How has your experience been with your agent?
Fantastic. Alex is great. She’s spent a lot of time building her business and getting a range of clients, broadening her networks and contacts and keeping her ear open to industry buzz. She is always available for a chat and makes time to see me every time she comes to Melbourne to catch up and strategise. Her advice so far has been excellent and I have had 8 books published with her help and guidance – all of them digital and two going to print. She has even encouraged me to pursue self-publishing even though she personally gets nothing out of it, because she sees it as a smart business move in a business always teetering on uncertainty.
Would you recommend working with an agent?
Absolutely. If you are like me and don’t like the negotiations and want help and advice from a business partner it is the right decision. She has not only pitched the books I’ve written and got contracts for them, she’s come to me with opportunities like being involved in the Echo Springs bind-up with 3 other fabulous Australian authors – an amazing opportunity I hope to repeat some day.
I think the important thing is to do your research and try to meet with them before signing to see if you are both compatible. It isn’t like many writers think, with all the power balance being in the agent’s hands – a good agent-writer relationship is a partnership. And you need to treat it like a business partnership. While you might be friends/friendly (and it’s good if you can be), it is at its heart a business relationship, so you need to ensure you both understand what it is you want to get out of this by properly discussing expectations from both parties and agreements of what is required by the writer of the agent and the agent of the writer.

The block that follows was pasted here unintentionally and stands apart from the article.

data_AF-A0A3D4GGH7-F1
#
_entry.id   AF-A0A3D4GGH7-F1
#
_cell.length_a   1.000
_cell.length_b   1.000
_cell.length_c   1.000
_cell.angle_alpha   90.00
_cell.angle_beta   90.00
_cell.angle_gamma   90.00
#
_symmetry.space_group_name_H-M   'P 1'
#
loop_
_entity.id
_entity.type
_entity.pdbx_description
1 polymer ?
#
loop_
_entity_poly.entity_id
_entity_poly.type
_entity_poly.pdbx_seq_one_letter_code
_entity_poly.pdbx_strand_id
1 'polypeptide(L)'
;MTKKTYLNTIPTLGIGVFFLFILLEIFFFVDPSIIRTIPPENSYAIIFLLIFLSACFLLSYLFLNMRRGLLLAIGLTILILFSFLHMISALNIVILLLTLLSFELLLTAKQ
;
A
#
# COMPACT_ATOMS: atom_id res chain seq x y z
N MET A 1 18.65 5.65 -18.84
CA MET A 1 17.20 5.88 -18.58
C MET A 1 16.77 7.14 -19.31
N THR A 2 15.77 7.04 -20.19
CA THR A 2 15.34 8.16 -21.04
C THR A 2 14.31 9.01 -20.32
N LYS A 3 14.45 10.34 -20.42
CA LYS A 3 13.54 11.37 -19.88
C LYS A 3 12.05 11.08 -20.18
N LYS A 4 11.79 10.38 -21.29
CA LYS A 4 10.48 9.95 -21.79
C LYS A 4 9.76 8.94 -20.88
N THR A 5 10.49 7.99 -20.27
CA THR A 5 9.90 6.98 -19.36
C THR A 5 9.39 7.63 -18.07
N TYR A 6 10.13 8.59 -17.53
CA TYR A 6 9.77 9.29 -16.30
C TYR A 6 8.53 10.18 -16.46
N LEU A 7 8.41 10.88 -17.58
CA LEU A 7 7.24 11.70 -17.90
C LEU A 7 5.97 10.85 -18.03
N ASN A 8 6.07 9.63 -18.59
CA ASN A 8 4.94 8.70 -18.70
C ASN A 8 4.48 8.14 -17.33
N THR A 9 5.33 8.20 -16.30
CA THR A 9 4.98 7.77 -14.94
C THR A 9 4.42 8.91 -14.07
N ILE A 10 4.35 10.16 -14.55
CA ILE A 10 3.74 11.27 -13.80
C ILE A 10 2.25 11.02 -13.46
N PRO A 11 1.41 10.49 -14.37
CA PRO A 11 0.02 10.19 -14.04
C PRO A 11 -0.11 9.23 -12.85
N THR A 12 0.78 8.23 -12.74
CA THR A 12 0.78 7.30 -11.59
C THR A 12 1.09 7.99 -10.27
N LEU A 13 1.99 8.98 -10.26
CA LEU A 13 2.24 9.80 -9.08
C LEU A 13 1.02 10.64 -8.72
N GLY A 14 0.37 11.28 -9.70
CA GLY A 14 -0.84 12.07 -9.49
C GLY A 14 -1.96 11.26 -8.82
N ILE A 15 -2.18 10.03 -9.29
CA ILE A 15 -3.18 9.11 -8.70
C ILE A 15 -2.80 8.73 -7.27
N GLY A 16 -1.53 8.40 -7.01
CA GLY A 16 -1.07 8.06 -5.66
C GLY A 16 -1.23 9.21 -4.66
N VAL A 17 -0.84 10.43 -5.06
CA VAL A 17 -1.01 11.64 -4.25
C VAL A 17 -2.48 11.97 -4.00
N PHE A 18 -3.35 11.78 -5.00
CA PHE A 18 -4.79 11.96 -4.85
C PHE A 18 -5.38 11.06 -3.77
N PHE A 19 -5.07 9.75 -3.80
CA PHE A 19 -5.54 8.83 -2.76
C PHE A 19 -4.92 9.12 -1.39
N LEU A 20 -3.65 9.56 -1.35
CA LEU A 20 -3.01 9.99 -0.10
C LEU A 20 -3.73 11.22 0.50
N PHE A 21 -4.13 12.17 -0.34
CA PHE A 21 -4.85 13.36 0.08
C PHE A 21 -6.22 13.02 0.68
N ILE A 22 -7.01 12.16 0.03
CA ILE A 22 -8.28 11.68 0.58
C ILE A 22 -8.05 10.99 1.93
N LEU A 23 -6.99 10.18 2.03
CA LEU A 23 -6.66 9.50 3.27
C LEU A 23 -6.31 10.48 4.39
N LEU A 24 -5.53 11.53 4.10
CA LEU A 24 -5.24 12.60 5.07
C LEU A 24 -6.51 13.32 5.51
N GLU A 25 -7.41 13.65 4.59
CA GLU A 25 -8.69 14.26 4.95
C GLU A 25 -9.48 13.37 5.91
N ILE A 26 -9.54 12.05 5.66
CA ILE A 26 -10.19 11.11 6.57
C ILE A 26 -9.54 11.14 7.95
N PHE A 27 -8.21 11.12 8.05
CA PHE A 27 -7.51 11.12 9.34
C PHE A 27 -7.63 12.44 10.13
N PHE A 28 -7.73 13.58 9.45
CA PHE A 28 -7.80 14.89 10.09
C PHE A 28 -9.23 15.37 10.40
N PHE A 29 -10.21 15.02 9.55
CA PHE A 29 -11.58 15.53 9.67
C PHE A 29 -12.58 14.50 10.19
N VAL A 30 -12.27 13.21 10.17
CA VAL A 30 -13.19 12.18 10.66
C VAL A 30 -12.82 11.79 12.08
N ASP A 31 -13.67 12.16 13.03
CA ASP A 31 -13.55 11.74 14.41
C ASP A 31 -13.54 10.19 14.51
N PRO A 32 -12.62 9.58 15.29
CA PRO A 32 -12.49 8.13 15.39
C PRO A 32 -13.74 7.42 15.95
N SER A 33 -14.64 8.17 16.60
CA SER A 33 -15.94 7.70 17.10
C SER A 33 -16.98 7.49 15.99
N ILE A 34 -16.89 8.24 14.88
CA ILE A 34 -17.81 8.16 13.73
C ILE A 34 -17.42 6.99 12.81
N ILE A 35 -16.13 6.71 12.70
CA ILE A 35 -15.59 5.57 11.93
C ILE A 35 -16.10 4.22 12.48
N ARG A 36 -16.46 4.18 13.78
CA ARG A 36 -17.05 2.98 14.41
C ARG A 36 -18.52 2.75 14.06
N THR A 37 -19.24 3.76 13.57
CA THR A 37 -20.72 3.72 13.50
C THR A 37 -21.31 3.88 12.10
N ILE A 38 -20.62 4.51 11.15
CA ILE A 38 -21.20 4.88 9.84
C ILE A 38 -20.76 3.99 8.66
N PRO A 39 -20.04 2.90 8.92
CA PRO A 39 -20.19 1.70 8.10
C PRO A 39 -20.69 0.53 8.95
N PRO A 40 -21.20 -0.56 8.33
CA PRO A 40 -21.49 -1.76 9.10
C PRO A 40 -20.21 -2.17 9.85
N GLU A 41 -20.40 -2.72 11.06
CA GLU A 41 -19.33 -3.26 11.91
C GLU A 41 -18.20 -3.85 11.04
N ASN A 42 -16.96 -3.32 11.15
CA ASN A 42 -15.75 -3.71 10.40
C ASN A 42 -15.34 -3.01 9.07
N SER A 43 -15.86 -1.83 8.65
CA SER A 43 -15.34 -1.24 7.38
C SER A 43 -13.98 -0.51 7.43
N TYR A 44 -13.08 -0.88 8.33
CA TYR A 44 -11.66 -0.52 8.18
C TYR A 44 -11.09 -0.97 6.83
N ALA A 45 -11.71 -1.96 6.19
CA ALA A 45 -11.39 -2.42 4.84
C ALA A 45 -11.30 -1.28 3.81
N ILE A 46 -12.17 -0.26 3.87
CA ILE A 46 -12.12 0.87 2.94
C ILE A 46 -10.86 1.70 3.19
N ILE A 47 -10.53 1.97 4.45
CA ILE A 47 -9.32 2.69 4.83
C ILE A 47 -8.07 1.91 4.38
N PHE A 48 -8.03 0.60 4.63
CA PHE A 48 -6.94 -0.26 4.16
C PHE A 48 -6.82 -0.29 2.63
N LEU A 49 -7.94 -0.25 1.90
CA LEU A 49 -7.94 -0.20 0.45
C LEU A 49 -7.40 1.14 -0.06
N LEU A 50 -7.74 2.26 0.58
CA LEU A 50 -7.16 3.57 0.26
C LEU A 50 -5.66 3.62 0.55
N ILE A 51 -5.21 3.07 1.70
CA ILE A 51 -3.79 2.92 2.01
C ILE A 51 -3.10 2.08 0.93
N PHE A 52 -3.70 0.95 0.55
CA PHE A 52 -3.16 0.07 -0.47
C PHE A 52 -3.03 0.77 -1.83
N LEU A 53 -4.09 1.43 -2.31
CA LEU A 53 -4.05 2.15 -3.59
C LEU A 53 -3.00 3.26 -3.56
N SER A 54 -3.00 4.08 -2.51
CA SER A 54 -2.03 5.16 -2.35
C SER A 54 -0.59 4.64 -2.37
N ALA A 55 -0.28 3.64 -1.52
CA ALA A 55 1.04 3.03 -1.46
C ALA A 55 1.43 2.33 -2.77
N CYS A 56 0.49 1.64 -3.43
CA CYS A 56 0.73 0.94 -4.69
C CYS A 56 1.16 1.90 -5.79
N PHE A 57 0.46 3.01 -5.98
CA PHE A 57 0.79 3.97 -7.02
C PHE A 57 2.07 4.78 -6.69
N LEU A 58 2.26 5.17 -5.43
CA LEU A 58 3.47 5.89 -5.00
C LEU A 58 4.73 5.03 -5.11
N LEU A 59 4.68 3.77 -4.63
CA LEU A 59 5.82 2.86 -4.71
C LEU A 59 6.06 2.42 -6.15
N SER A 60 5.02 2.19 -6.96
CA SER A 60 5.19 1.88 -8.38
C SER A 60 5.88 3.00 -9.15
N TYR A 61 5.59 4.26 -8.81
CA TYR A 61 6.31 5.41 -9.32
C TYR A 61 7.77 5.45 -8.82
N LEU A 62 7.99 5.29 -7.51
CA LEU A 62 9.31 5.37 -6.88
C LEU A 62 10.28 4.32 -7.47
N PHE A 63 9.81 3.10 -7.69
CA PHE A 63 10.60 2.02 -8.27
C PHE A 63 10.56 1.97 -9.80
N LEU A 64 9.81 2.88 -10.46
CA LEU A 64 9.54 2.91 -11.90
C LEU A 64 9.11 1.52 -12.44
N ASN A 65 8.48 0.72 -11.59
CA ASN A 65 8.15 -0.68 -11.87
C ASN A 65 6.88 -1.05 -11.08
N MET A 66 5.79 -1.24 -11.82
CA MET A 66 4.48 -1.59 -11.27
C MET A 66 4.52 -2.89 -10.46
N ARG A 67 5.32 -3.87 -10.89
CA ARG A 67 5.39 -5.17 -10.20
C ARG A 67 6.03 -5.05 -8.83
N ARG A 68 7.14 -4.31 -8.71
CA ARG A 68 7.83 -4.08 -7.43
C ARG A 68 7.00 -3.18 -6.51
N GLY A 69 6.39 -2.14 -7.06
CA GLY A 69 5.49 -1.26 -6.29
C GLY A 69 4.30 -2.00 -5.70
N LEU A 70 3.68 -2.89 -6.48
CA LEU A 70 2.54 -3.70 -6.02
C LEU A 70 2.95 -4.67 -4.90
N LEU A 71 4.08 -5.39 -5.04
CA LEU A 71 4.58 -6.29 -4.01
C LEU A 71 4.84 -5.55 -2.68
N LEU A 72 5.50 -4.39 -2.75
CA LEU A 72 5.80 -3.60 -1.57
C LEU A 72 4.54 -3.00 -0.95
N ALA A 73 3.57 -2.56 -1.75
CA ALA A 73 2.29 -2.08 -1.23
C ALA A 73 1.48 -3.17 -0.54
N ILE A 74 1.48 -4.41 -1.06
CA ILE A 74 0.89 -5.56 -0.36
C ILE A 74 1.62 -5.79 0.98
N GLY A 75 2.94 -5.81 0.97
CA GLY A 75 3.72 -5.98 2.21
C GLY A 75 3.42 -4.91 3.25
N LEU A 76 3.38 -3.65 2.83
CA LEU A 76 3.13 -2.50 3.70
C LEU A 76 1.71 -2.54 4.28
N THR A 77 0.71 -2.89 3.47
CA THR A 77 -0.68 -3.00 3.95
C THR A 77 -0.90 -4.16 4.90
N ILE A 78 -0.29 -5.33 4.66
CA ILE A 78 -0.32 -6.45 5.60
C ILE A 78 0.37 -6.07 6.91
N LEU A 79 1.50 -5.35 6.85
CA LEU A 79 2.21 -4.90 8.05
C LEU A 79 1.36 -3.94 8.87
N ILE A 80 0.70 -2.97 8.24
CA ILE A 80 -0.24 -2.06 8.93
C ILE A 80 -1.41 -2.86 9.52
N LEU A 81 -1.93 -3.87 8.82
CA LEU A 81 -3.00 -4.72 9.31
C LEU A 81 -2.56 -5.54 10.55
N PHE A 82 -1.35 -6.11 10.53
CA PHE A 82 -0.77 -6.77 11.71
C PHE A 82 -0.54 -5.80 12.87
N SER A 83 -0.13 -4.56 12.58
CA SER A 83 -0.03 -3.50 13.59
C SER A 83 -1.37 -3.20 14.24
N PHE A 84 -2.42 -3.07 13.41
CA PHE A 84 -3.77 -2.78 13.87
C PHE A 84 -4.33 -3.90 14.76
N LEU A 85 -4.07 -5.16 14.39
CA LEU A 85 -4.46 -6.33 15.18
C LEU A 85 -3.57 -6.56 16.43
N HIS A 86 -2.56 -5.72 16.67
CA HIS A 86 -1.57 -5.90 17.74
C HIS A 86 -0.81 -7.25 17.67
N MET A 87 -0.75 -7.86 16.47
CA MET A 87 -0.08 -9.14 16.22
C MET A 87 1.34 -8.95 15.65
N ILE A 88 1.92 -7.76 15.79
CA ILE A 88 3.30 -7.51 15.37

Ultimately, it’s not just about getting any agent: you need to find the right agent and the right arrangement for you. I think sometimes people have certain ideas about what an agent is and does, which is a bit silly because no agent is the same, no agency is the same, and you need to make sure you go after the ones that most suit what you need as a writer.
Anything else you’d like to share about working with an agent?
Just to be kind to the agents you are submitting to. There are many reasons why someone will say no to your project and none of them are a personal attack on you.
Firstly, they are busy people and can only handle a certain number of clients so they can be even more picky in who they contract than an editor/publisher is. This is because while the editor needs to love a story to sell it to the sales and marketing people and the other editors, the agent needs to not only love it, but believe in it enough to stand up for it over and over again as they pitch to multiple editors on multiple occassions and never falter in their belief in the project or you. And of course, once their client list is getting full, it can be even more difficult to get a yes as they are looking for not only what they like, but something different from what they already have.